Category Archives: Conferences

Medical Travel/Health Care Thought Leader Seeks Opportunities

 

Medical Travel/HealthCare Thought Leader and Blogger, seeks opportunities to speak, write, and collaborate on projects to bring about greater participation of patients to global medical travel facilities.

NOTE: I am not a physician, nor do I have patients or clients to refer to you. I am seeking persons already engaged in medical travel who want to expand into a new market. I offer my services in an administrative or managerial capacity.

Experience:

Over five and a half years experience creating, maintaining, and analyzing current issues in Medical Travel, Health Care, and other topics.

Over six years research into the Medical Travel industry.

Promoted the implementation of medical travel into Workers’ Compensation insurance industry.

Analyzed the cost of healthcare and the options of alternative treatments abroad.

Presented White Paper to Medical Travel conference in Mexico in Nov. 2014.

Extensive experience in Insurance and Claims Management, especially in medical-related claims (Workers’ Compensation).

Strong administrative and financial skills.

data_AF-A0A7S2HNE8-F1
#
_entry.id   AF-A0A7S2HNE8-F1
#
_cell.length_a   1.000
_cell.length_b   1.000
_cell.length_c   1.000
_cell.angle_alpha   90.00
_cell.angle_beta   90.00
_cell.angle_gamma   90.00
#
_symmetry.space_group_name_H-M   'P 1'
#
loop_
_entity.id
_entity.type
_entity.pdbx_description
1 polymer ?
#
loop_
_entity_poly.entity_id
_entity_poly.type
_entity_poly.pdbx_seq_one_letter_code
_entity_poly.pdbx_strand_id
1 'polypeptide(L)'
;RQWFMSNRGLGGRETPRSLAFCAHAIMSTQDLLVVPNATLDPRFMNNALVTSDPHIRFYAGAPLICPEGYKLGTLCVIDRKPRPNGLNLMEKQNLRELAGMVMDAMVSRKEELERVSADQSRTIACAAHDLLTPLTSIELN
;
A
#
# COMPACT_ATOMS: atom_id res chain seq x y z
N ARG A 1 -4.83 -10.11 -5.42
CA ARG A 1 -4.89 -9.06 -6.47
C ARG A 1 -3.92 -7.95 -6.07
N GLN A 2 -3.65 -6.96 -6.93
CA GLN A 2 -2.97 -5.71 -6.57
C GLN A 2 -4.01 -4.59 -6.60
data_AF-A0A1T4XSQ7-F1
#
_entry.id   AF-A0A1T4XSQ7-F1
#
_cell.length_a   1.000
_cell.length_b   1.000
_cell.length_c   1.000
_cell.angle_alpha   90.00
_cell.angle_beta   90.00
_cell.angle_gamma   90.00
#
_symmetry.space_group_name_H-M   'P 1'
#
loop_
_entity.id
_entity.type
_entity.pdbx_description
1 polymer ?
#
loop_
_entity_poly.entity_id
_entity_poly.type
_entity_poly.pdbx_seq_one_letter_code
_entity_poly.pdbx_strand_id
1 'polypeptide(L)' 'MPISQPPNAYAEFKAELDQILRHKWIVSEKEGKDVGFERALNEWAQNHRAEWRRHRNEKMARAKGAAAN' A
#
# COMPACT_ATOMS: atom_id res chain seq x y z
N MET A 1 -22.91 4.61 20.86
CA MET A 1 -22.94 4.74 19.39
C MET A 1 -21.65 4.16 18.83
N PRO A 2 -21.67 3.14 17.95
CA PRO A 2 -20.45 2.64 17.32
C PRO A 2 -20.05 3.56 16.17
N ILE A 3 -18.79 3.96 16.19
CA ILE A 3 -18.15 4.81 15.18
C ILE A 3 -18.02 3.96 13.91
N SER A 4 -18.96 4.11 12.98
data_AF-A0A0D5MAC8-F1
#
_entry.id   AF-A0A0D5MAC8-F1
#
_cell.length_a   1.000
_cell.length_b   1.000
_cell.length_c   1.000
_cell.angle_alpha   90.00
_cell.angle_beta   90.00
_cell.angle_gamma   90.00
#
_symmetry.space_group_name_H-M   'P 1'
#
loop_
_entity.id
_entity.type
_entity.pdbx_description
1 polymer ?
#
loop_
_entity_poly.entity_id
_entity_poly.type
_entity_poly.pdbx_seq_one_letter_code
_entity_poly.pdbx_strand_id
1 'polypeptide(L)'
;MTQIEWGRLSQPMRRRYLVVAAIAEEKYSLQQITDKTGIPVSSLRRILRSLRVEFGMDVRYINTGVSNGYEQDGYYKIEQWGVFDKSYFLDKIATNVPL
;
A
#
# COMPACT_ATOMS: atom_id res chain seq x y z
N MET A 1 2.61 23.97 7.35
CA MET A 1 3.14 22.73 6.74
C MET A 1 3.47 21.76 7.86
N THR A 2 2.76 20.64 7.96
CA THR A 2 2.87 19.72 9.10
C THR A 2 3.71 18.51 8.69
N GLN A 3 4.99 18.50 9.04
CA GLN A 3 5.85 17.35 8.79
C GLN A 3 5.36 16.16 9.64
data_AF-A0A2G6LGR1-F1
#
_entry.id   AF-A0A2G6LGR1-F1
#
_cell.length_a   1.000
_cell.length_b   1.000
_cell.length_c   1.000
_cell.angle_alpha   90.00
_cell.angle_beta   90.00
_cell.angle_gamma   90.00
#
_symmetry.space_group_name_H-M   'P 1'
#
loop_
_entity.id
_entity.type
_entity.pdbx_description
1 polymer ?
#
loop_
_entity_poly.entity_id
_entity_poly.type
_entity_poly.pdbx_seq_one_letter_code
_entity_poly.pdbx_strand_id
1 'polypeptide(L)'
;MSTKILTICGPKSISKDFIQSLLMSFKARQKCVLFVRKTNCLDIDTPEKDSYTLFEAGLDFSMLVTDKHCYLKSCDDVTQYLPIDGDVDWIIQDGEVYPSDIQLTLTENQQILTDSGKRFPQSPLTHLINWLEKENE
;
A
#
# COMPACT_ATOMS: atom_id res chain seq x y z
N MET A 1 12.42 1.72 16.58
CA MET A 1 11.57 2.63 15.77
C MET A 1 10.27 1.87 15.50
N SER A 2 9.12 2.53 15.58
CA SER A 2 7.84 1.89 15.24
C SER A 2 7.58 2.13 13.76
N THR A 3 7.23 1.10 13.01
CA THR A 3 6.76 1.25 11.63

Education:

Master’s in Health Administration, 2011

Interested in working remotely, willing to travel, willing to write and speak at conferences, has valid US passport.

Resume can be found here.

Blog: richardkrasner.wordpress.com

Phone number: +1 561-603-1685 (mobile)

 

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Follow-up to My Open Letter to the Medical Travel Industry

Just over four months ago, I published an open letter to the medical travel industry.

To date, I have had no response to my letter of December 14th, nor have I been invited to attend any of the conferences that have been held since, or will be held in the future, and I just learned of one at the end of this month in Washington, DC.

By that time, I will have been writing this blog for five and a half years, and still on a daily basis, my posts get at best, less than fifty views, and on most occasions, not even twenty.

I have posted them to LinkedIn, Twitter, and have re-posted them several times, and yet, each time, I get a few clicks added to the ones previously received.

I am putting my heart and soul in this and not receiving any compensation, although I should. So would it hurt if the industry paid a little more attention to my writing and to me, in lieu of actual remuneration?